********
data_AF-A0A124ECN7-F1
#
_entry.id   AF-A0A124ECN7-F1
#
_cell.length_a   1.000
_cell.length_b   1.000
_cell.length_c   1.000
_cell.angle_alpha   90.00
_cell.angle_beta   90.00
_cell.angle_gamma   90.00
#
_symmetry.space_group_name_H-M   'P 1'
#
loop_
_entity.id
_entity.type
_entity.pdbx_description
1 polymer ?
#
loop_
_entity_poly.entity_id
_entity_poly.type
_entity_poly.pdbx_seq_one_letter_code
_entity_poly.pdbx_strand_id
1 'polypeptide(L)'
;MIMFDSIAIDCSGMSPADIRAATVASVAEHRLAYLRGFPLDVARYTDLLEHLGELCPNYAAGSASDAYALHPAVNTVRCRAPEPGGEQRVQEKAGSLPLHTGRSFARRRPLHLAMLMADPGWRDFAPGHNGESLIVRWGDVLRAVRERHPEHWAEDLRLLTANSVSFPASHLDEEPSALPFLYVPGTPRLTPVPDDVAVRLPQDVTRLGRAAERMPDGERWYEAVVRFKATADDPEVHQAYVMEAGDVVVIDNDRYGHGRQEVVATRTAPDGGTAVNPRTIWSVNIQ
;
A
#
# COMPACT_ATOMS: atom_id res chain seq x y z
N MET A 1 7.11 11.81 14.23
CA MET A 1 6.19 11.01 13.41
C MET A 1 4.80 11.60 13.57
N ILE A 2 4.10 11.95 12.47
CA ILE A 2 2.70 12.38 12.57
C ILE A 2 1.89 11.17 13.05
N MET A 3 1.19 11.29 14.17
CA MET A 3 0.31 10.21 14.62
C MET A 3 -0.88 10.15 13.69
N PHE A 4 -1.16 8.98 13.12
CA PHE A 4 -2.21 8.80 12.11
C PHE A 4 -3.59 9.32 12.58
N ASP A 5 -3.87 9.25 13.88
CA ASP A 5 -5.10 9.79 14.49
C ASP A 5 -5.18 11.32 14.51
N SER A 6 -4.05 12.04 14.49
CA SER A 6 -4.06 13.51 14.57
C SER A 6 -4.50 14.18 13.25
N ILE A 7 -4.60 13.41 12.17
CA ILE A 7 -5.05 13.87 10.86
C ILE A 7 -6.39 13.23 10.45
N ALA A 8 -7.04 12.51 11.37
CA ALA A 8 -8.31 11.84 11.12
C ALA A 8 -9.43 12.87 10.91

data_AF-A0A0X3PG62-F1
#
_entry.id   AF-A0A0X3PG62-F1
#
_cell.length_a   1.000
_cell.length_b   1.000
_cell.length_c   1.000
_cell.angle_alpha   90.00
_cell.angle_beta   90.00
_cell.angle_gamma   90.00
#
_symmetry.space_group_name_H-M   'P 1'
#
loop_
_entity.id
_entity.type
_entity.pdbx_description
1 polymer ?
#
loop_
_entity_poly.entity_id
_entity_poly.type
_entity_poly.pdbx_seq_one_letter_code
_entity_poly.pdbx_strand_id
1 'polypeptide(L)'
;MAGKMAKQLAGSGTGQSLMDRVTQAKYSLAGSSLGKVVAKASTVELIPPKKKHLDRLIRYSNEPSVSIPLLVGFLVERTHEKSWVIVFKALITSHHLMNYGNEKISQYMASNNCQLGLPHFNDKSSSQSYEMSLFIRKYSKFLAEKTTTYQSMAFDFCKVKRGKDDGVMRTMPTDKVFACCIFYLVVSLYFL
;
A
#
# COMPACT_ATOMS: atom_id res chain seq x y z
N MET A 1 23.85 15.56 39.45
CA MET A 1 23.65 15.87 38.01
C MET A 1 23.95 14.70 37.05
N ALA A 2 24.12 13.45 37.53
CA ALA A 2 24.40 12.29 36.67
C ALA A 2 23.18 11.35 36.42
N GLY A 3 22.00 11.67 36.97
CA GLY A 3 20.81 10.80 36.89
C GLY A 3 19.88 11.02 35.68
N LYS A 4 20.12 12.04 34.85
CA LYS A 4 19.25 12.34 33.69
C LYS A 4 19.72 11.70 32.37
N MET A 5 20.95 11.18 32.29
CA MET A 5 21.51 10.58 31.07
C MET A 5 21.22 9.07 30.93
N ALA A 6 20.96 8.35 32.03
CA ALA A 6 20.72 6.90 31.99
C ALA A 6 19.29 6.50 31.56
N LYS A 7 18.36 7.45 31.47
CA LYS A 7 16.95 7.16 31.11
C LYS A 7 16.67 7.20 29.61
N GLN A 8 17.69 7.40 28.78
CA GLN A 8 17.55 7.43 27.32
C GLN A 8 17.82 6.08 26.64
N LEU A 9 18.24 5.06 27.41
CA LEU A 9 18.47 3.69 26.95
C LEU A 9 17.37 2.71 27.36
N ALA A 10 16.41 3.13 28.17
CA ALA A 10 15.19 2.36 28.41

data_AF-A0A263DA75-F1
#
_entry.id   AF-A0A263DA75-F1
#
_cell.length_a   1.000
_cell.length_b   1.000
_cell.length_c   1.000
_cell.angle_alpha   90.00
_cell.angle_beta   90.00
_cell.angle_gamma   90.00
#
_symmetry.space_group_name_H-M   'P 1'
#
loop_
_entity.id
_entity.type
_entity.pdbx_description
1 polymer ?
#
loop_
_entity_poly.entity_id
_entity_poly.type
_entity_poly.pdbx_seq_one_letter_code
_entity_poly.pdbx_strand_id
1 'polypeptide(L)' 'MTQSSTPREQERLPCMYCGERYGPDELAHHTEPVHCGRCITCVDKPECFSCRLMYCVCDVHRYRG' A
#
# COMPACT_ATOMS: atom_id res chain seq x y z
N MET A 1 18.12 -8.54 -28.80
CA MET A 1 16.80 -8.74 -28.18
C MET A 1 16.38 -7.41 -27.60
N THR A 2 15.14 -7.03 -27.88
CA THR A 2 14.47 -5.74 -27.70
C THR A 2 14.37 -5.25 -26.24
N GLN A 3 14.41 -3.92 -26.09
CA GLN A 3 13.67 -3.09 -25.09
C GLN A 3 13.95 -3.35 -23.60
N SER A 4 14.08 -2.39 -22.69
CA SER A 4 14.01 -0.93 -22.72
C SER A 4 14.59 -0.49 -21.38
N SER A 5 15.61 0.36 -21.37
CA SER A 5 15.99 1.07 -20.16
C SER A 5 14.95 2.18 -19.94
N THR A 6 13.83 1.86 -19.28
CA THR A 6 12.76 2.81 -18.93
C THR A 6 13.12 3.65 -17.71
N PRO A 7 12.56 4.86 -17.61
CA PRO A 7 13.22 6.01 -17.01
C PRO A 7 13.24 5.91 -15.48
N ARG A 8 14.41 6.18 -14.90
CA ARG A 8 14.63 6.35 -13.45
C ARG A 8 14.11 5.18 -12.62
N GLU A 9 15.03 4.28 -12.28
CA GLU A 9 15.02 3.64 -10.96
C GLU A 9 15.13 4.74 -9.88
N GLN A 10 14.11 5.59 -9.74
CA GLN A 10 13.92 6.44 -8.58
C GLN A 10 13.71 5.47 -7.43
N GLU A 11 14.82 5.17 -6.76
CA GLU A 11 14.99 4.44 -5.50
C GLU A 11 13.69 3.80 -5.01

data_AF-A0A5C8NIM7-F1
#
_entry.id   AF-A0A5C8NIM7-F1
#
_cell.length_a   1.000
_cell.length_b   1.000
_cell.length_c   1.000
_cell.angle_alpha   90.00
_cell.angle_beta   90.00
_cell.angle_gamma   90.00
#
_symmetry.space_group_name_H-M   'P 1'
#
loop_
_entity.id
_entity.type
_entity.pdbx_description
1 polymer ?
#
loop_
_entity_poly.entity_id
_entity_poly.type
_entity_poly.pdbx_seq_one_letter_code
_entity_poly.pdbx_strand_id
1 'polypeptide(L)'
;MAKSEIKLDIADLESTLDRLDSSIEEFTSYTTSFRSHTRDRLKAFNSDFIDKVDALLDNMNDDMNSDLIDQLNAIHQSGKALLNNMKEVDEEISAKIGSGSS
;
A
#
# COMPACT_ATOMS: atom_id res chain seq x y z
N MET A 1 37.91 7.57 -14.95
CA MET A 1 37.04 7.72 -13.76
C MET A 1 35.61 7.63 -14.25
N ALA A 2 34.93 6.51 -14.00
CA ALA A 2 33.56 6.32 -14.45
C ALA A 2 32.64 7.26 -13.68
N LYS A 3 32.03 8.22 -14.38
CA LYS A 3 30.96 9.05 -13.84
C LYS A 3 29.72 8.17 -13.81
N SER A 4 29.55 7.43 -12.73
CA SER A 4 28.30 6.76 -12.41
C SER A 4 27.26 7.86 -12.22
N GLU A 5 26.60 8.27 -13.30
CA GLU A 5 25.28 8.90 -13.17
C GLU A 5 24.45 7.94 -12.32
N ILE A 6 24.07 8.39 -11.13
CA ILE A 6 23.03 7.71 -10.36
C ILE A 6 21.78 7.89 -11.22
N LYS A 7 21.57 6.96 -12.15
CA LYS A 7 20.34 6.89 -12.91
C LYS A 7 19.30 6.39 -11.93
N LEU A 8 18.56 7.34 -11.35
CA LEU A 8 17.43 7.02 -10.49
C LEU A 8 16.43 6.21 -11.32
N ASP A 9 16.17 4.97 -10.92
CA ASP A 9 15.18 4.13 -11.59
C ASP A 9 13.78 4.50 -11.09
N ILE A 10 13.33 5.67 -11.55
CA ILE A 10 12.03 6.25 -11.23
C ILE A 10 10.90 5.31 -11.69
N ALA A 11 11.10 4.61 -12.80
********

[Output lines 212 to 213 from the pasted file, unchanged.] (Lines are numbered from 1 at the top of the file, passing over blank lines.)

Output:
C LYS A 3 29.72 8.17 -13.81
N SER A 4 29.55 7.43 -12.73